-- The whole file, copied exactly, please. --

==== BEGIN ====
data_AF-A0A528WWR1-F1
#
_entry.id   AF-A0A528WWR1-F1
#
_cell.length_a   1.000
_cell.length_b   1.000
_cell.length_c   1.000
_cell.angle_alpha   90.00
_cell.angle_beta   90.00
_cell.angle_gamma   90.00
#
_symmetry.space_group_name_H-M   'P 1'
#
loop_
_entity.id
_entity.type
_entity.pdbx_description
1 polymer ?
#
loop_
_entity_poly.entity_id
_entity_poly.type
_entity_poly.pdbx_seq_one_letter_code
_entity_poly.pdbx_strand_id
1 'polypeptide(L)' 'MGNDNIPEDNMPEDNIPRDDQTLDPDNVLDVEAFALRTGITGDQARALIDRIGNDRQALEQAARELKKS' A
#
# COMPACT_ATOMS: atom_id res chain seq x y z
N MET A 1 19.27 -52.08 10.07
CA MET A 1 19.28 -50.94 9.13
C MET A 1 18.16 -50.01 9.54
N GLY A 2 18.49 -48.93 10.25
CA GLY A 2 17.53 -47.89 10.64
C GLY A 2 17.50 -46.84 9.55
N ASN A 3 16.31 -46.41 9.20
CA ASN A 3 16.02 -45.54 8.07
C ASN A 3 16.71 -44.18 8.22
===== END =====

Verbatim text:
data_AF-A0A528WWR1-F1
#
_entry.id   AF-A0A528WWR1-F1
#
_cell.length_a   1.000
_cell.length_b   1.000
_cell.length_c   1.000
_cell.angle_alpha   90.00
_cell.angle_beta   90.00
_cell.angle_gamma   90.00
#
_symmetry.space_group_name_H-M   'P 1'
#
loop_
_entity.id
_entity.type
_entity.pdbx_description
1 polymer ?
#
loop_
_entity_poly.entity_id
_entity_poly.type
_entity_poly.pdbx_seq_one_letter_code
_entity_poly.pdbx_strand_id
1 'polypeptide(L)' 'MGNDNIPEDNMPEDNIPRDDQTLDPDNVLDVEAFALRTGITGDQARALIDRIGNDRQALEQAARELKKS' A
#
# COMPACT_ATOMS: atom_id res chain seq x y z
N MET A 1 19.27 -52.08 10.07
CA MET A 1 19.28 -50.94 9.13
C MET A 1 18.16 -50.01 9.54
N GLY A 2 18.49 -48.93 10.25
CA GLY A 2 17.53 -47.89 10.64
C GLY A 2 17.50 -46.84 9.55
N ASN A 3 16.31 -46.41 9.20
CA ASN A 3 16.02 -45.54 8.07
C ASN A 3 16.71 -44.18 8.22